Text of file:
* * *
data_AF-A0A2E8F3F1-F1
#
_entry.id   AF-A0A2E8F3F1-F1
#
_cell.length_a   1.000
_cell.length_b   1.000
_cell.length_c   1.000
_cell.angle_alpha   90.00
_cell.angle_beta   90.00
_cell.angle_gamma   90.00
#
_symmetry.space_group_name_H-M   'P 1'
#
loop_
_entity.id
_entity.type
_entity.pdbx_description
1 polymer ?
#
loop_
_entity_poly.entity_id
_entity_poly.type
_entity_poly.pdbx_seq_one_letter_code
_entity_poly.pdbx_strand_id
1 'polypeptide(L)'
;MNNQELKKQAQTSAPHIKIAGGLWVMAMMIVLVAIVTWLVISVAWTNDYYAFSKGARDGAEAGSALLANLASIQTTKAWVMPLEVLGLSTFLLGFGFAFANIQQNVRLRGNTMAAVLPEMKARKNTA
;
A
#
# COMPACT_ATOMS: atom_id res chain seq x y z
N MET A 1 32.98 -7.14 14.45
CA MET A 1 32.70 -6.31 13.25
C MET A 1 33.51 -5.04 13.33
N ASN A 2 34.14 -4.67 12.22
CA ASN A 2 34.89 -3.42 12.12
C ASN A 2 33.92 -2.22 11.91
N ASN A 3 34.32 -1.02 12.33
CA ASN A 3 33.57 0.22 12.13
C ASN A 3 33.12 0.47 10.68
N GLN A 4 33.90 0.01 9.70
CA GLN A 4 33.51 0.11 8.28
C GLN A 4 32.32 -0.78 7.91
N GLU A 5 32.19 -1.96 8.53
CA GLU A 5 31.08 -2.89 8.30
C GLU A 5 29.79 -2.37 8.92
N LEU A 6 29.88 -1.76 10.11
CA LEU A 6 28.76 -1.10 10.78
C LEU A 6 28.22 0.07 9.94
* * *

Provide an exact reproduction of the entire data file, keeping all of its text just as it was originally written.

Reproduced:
data_AF-A0A2E8F3F1-F1
#
_entry.id   AF-A0A2E8F3F1-F1
#
_cell.length_a   1.000
_cell.length_b   1.000
_cell.length_c   1.000
_cell.angle_alpha   90.00
_cell.angle_beta   90.00
_cell.angle_gamma   90.00
#
_symmetry.space_group_name_H-M   'P 1'
#
loop_
_entity.id
_entity.type
_entity.pdbx_description
1 polymer ?
#
loop_
_entity_poly.entity_id
_entity_poly.type
_entity_poly.pdbx_seq_one_letter_code
_entity_poly.pdbx_strand_id
1 'polypeptide(L)'
;MNNQELKKQAQTSAPHIKIAGGLWVMAMMIVLVAIVTWLVISVAWTNDYYAFSKGARDGAEAGSALLANLASIQTTKAWVMPLEVLGLSTFLLGFGFAFANIQQNVRLRGNTMAAVLPEMKARKNTA
;
A
#
# COMPACT_ATOMS: atom_id res chain seq x y z
N MET A 1 32.98 -7.14 14.45
CA MET A 1 32.70 -6.31 13.25
C MET A 1 33.51 -5.04 13.33
N ASN A 2 34.14 -4.67 12.22
CA ASN A 2 34.89 -3.42 12.12
C ASN A 2 33.92 -2.22 11.91
N ASN A 3 34.32 -1.02 12.33
CA ASN A 3 33.57 0.22 12.13
C ASN A 3 33.12 0.47 10.68
N GLN A 4 33.90 0.01 9.70
CA GLN A 4 33.51 0.11 8.28
C GLN A 4 32.32 -0.78 7.91
N GLU A 5 32.19 -1.96 8.53
CA GLU A 5 31.08 -2.89 8.30
C GLU A 5 29.79 -2.37 8.92
N LEU A 6 29.88 -1.76 10.11
CA LEU A 6 28.76 -1.10 10.78
C LEU A 6 28.22 0.07 9.94